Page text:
NORRIDGEWOCK — Members of the town’s sewer commission say they are concerned about the transparency of sewer department accounts and that the former town manager and town auditor are to blame, even though much of the information they seek is already available.

The questions about transparency arise as the Sewer Department faces a funding shortage that has put it in debt to the town. Former Town Manager Michelle Flewelling, who told the commission on numerous occasions that its department was in bad shape financially, also has been accused of not being forthcoming with the information, even though there is no record of the commissioners having held any meetings in 2014 and information on their finances is available at the Town Office.

In addition to the allegations that incorrect numbers have been presented to them or numbers have not been presented at all, commission members also have misinterpreted information provided to them by the town auditor in a November meeting, the auditor, Ron Smith, said Friday.

Smith’s comments came in response to a letter written by Ron Currier, vice chairman of the sewer commissioners, that was shared with the Board of Selectmen this week. In the letter, addressed to Kristina Gossman, the commission chairwoman, Currier says he is concerned about the “integrity of the financial reports being provided” and alleges that the figures provided by Flewelling, also the former sewer administrator, do not match statements made by Smith. Currier could not be reached for comment Friday.

However, in the Nov. 19 meeting with commissioners to which Currier refers, Smith in fact reiterated what Flewelling had been telling the commission — that they are in debt to the town and do not have money to pay for repairs. He suggested either that a sewer rate increase be imposed or that the department consolidate with the town.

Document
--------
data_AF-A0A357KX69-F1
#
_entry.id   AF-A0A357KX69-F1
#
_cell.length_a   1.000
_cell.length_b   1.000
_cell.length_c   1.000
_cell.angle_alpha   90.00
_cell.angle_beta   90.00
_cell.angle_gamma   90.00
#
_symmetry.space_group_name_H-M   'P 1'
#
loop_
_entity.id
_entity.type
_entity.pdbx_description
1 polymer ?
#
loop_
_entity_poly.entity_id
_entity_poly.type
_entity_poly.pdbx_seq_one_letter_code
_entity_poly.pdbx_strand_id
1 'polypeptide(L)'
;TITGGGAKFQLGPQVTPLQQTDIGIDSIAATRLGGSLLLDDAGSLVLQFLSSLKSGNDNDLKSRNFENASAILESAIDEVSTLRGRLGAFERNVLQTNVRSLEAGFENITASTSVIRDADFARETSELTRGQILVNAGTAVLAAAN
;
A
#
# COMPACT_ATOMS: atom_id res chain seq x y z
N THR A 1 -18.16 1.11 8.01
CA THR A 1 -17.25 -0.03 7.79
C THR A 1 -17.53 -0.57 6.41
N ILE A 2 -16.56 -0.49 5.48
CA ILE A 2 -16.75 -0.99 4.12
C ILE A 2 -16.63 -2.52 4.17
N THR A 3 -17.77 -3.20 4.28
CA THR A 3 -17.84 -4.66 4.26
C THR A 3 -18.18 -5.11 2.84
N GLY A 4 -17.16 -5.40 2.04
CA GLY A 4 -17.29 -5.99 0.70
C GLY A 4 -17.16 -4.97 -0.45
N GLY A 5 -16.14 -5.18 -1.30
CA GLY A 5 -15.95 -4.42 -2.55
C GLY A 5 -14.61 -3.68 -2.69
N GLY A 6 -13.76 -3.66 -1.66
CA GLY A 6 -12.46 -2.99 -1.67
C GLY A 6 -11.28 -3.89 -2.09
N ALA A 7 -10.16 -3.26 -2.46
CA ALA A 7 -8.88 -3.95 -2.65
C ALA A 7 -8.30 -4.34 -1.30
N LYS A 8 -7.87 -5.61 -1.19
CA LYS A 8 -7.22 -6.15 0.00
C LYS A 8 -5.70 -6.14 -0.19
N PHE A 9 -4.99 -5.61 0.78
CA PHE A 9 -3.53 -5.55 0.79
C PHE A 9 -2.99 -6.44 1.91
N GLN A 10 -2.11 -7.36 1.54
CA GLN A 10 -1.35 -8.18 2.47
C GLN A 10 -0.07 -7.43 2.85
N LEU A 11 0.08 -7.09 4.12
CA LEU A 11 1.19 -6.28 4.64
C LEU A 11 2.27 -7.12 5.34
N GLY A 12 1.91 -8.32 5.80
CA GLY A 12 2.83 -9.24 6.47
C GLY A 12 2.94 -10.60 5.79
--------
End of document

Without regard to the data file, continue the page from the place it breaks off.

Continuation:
Gossman did not respond to requests for comment Friday. Other members of the commission include Charlotte Curtis; Bruce Obert, who declined to comment Friday; and Josh Chartrand, who could not be reached.

Some officials continue to argue that they have been lied to about the sewer funds.

At Wednesday’s Board of Selectmen meeting, Obert said “we’ve come to find out, from what the auditor says, that we have no money.”

“Our sewer administrator never informed us of that, that we didn’t have any monies and we’ve been spending money out of that repairing and fixing some pumps and doing some work at the treatment plant, just to find out that we don’t have any money,” he said.

The Sewer Department, which oversees the Norridgewock Wastewater Treatment Facility, has allotted money to a few small repairs over the last few months, over the same period of time that Flewelling also delivered disclaimers about the department’s financial standings.

Obert said that while the town audit report does not reflect the lack of funds, the auditor told the commissioners the money was spent years ago. “As of today, we have zero monies in them accounts,” he said at Wednesday night’s meeting, referring to the reserve accounts.

Smith, on Friday, said Obert and Currier were misinterpreting what he had said. Smith did tell the commissioners that the department has no funds, meaning it is in debt, not that there is literally zero money in the accounts, he said. The department has no operating funds, but there is money in the reserve accounts, he said.

Currier, in his letter, includes figures from the Sewer Department’s capital reserve accounts and then writes, “It came as quite a surprise when the auditor told us that there were no monies in any of these accounts. If he is correct, why are the accounts empty? And why were we (led) to believe there were real monies in each of these accounts?”